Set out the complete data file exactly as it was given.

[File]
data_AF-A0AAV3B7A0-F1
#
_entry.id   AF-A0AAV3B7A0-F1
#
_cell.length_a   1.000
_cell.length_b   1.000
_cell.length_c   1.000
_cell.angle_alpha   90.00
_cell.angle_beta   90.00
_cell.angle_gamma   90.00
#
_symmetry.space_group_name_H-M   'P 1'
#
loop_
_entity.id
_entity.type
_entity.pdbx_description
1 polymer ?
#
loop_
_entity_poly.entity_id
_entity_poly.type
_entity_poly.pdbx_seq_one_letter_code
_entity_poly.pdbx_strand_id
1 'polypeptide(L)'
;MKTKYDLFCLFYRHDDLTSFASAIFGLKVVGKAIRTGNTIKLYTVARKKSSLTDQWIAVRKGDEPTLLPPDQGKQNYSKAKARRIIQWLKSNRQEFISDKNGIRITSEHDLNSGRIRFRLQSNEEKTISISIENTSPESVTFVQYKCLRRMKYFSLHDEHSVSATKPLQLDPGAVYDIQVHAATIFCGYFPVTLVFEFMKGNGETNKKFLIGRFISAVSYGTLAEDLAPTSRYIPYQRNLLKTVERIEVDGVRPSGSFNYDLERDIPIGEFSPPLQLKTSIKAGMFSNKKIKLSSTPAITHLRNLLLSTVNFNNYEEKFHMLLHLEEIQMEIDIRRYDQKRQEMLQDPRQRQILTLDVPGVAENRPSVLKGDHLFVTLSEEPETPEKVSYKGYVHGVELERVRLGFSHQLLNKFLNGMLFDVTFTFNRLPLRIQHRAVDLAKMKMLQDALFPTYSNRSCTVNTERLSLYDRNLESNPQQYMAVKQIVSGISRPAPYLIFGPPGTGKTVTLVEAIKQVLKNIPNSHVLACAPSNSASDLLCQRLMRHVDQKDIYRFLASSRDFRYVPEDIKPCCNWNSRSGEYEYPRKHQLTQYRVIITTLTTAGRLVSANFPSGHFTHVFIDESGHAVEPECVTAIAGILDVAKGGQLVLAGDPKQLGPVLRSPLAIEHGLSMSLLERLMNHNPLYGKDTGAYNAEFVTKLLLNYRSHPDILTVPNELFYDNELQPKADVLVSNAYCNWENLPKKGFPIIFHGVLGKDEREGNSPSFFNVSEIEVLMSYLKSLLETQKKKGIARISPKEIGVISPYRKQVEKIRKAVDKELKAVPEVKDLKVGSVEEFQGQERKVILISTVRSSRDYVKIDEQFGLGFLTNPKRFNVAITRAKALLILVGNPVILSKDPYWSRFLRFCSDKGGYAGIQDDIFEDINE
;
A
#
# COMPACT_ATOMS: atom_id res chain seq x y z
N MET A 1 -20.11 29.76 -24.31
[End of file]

data_AF-A0AAV3B7A0-F1
#
_entry.id   AF-A0AAV3B7A0-F1
#
_cell.length_a   1.000
_cell.length_b   1.000
_cell.length_c   1.000
_cell.angle_alpha   90.00
_cell.angle_beta   90.00
_cell.angle_gamma   90.00
#
_symmetry.space_group_name_H-M   'P 1'
#
loop_
_entity.id
_entity.type
_entity.pdbx_description
1 polymer ?
#
loop_
_entity_poly.entity_id
_entity_poly.type
_entity_poly.pdbx_seq_one_letter_code
_entity_poly.pdbx_strand_id
1 'polypeptide(L)'
;MKTKYDLFCLFYRHDDLTSFASAIFGLKVVGKAIRTGNTIKLYTVARKKSSLTDQWIAVRKGDEPTLLPPDQGKQNYSKAKARRIIQWLKSNRQEFISDKNGIRITSEHDLNSGRIRFRLQSNEEKTISISIENTSPESVTFVQYKCLRRMKYFSLHDEHSVSATKPLQLDPGAVYDIQVHAATIFCGYFPVTLVFEFMKGNGETNKKFLIGRFISAVSYGTLAEDLAPTSRYIPYQRNLLKTVERIEVDGVRPSGSFNYDLERDIPIGEFSPPLQLKTSIKAGMFSNKKIKLSSTPAITHLRNLLLSTVNFNNYEEKFHMLLHLEEIQMEIDIRRYDQKRQEMLQDPRQRQILTLDVPGVAENRPSVLKGDHLFVTLSEEPETPEKVSYKGYVHGVELERVRLGFSHQLLNKFLNGMLFDVTFTFNRLPLRIQHRAVDLAKMKMLQDALFPTYSNRSCTVNTERLSLYDRNLESNPQQYMAVKQIVSGISRPAPYLIFGPPGTGKTVTLVEAIKQVLKNIPNSHVLACAPSNSASDLLCQRLMRHVDQKDIYRFLASSRDFRYVPEDIKPCCNWNSRSGEYEYPRKHQLTQYRVIITTLTTAGRLVSANFPSGHFTHVFIDESGHAVEPECVTAIAGILDVAKGGQLVLAGDPKQLGPVLRSPLAIEHGLSMSLLERLMNHNPLYGKDTGAYNAEFVTKLLLNYRSHPDILTVPNELFYDNELQPKADVLVSNAYCNWENLPKKGFPIIFHGVLGKDEREGNSPSFFNVSEIEVLMSYLKSLLETQKKKGIARISPKEIGVISPYRKQVEKIRKAVDKELKAVPEVKDLKVGSVEEFQGQERKVILISTVRSSRDYVKIDEQFGLGFLTNPKRFNVAITRAKALLILVGNPVILSKDPYWSRFLRFCSDKGGYAGIQDDIFEDINE
;
A
#
# COMPACT_ATOMS: atom_id res chain seq x y z
N MET A 1 -20.11 29.76 -24.31